In the New York Times this week it was reported that a 40-year-old cleric who commanded great respect in the community, Salem Ahmed bin Ali Jaber, denounced Al Qaeda in a village mosque in far eastern Yemen. Two days later, three members of Al Qaeda came to the mosque in the tiny village of Khashamir after 9 p.m., to talk to Mr.Jaber, who brought his cousin Waleed Abdullah, a police officer, for protection. The NYT report continues:
“As the five men stood arguing by a cluster of palm trees, a volley of remotely operated American missiles shot down from the night sky and incinerated them all . . .
”At least one drone had been overhead every day for about a month, provoking high anxiety among local people, said Aref bin Ali Jaber, a tradesman who was related to the cleric: ‘After the drone hit, everyone was so frightened it would come back. Children especially were affected; my 15-year-old daughter refuses to be alone and has had to sleep with me and my wife after that.”
The angry people of the village protested and blocked a road for some time. Some in the town say this has caused an upwelling of support for Al Qaeda, because such a move is seen as the only way to retaliate against the United States.
“Several former top military and intelligence officials — including Stanley A. McChrystal, the retired general who led the Joint Special Operations Command, which has responsibility for the military’s drone strikes, and Michael V. Hayden, the former C.I.A. director — have raised concerns that the drone wars in Pakistan and Yemen are increasingly targeting low-level militants who do not pose a direct threat to the United States. In an interview with Reuters, General McChrystal said that drones could be a useful tool but were ‘hated on a visceral level’ in some of the places where they were used and contributed to a ‘perception of American arrogance.’ “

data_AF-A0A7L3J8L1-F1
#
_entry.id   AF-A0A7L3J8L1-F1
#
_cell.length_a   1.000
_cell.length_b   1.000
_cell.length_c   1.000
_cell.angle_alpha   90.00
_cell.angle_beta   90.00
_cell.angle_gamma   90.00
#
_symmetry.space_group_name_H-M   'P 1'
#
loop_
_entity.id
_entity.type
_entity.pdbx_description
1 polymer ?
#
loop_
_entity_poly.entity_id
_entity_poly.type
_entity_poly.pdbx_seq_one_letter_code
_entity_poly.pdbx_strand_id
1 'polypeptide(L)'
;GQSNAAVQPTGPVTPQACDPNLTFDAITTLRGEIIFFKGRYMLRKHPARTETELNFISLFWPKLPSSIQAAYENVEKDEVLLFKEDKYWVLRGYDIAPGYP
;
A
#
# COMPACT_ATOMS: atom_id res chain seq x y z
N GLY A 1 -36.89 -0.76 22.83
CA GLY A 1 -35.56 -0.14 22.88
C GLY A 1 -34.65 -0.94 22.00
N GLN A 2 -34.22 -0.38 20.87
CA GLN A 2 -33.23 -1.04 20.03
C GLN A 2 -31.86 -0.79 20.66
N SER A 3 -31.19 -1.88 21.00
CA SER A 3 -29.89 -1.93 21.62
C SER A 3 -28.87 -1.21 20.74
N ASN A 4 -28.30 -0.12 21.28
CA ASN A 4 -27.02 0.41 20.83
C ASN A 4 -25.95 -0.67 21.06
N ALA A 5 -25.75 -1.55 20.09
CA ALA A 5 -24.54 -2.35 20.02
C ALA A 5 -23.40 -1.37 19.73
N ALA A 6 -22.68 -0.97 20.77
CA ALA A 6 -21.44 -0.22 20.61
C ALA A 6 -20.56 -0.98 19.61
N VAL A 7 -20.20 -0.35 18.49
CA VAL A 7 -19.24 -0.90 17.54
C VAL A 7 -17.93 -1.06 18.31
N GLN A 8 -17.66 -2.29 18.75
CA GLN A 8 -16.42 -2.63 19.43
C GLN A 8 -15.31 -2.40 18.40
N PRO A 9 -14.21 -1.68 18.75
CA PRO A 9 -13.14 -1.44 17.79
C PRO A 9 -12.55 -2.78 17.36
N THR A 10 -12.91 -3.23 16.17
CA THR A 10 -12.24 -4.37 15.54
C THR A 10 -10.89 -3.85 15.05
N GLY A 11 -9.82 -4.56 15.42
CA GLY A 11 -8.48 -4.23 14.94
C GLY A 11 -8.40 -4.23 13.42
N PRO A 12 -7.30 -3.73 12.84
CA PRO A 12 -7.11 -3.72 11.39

The drone strike killing of civilians like Mr. Jaber has raised troubling questions in America and world-wide that apply to Pakistan and Somalia as well:
“Could the targeted killing campaign be creating more militants in Yemen than it is killing? And is it in America’s long-term interest to be waging war against a self-renewing insurgency inside a country about which Washington has at best a hazy understanding?”
Read the full article, which includes an examination of the role of John Brennan, the subject of our last post.